Thirty-six years as the gold standard courtside tactician would have been plenty. The man hired to plug holes in a crisis brought Carolina and his community so much more.
Dean Smith, North Carolina’s incomparable basketball coach for 36 years, who mastered the beautiful complexities of a simple game on the court and lived and taught his players the simple truths of a complex humanity away from it, died Saturday. He was 83.
Smith had been fighting a progressive neurocognitive disorder, his family announced in 2010, which had affected his daily activity and limited his formerly undaunted memory.
“Coach Dean Smith passed away peacefully the evening of February 7 at his home in Chapel Hill, and surrounded by his wife and five children,” the Smith family said in a statement. “We are grateful for all the thoughts and prayers, and appreciate the continued respect for our privacy as arrangements are made available to the public. Thank you.”
A public memorial service is planned for 2 p.m., Sunday, Feb. 22, in the Dean E. Smith Center.
Smith, who retired from coaching in 1997 at age 66, is rightly remembered as a legend. But even that word, with all of its heft, is too tidy a term to capture what he meant to Carolina and to college basketball. He was an architect who took over a storied but scarred program and created an organism of confidence, fidelity and integrity that weathered more than three decades’ worth of enormous change in college athletics.
He was a teacher whose pulse raced with as much excitement during practice as it did during games. He was a mentor to hundreds of players and coaches on the Carolina campus — and dozens off of it, too — who sought his advice on their own personal and professional lives. And he was an uncompromising believer in the freedom of men and women of every color and every background, and in their right to think, feel and act without the affront of prejudice.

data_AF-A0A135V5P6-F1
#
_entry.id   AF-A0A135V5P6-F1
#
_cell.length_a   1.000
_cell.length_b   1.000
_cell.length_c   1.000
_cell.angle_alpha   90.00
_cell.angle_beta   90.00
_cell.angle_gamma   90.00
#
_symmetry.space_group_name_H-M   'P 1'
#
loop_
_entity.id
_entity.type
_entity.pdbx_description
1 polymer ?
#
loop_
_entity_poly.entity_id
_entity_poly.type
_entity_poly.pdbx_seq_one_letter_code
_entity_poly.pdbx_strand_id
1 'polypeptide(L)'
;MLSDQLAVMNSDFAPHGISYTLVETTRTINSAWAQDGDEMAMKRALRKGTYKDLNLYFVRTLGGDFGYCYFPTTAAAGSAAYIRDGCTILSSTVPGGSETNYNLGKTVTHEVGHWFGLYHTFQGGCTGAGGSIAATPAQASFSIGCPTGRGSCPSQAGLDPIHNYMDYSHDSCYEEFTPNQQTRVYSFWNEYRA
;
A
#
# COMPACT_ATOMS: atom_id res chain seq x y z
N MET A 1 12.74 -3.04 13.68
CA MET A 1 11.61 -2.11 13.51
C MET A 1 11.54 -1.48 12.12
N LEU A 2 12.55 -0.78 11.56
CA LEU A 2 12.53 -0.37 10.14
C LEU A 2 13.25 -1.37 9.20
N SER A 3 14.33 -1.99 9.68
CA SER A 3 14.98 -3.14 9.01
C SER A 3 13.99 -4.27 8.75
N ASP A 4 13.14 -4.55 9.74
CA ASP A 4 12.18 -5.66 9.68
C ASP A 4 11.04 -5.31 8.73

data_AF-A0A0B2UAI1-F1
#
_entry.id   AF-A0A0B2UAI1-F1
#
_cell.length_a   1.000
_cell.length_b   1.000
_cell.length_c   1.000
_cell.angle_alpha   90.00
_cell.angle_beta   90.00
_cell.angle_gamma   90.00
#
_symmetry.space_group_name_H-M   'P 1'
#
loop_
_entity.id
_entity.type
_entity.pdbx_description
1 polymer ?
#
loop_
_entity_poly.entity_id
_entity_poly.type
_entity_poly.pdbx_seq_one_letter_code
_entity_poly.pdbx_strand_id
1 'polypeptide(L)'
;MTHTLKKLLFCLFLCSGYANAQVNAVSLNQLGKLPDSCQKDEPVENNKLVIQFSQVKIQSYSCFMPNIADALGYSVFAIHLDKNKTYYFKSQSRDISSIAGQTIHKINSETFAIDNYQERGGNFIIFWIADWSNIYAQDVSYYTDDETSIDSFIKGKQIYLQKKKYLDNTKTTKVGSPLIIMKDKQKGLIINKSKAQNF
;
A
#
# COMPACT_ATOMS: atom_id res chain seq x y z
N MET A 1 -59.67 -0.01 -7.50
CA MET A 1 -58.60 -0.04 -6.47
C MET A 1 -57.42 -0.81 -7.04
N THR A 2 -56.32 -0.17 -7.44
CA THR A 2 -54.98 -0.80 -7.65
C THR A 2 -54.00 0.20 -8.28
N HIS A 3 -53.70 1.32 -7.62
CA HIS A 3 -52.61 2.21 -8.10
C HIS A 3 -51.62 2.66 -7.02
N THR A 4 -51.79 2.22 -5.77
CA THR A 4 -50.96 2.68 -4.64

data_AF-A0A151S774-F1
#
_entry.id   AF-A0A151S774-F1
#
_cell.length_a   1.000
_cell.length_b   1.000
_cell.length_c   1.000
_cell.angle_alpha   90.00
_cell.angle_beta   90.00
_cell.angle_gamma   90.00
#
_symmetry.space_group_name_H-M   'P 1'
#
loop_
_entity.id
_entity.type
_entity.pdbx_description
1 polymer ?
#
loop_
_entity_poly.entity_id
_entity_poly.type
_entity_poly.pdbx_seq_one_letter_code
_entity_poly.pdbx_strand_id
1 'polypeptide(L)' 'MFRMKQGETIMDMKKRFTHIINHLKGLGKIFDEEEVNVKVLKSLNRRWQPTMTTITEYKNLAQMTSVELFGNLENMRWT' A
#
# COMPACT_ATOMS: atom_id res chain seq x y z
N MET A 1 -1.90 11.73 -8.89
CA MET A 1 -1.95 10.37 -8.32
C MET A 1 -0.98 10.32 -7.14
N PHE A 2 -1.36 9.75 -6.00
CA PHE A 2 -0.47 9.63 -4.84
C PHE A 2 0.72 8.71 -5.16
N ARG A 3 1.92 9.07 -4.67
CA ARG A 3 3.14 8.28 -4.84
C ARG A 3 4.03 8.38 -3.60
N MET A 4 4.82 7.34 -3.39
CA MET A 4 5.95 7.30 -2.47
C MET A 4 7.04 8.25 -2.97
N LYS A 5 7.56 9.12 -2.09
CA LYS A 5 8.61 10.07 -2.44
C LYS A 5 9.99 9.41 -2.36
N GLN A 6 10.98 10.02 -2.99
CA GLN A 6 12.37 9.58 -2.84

Carolina Coach Roy Williams ’72 said: “It’s such a great loss for North Carolina — our state, the University, of course the Tar Heel basketball program, but really the entire basketball world. We lost one of our greatest ambassadors for college basketball for the way in which a program should be run. We lost a man of the highest integrity who did so many things off the court to help make the world a better place to live in.
“He set the standard for loyalty and concern for every one of his players, not just the games won or lost. He was the greatest there ever was on the court but far, far better off the court with people.”
Bill Guthridge, who coached alongside Smith for 30 years and then took the reins of the program from him, said: “Dean was a great friend and a great coach. I will miss him dearly. He was devoted to me and I to him, and I will forever be grateful for our friendship.”
Retired with the most wins
Smith’s resume was as complete as any in sports. He broke Adolph Rupp’s all-time wins record in 1997 and finished with 879 victories, best among college basketball coaches at the time he retired. He amassed 20-win seasons for 27 straight years and in 30 of his final 31, a feat no other coach has ever matched. His teams collected two national titles; 13 ACC Tournament championships; 17 ACC regular season titles; 11 Final Four appearances and 23 consecutive trips to the NCAA tournament, with 27 appearances in all. He was named National Coach of the Year four times, ACC Coach of the Year nine times and taught five National Players of the Year and 26 All-Americans.
In 2013, Smith received the Presidential Medal of Freedom, an award that his wife, Linnea, accepted on his behalf from President Barack Obama at a White House ceremony.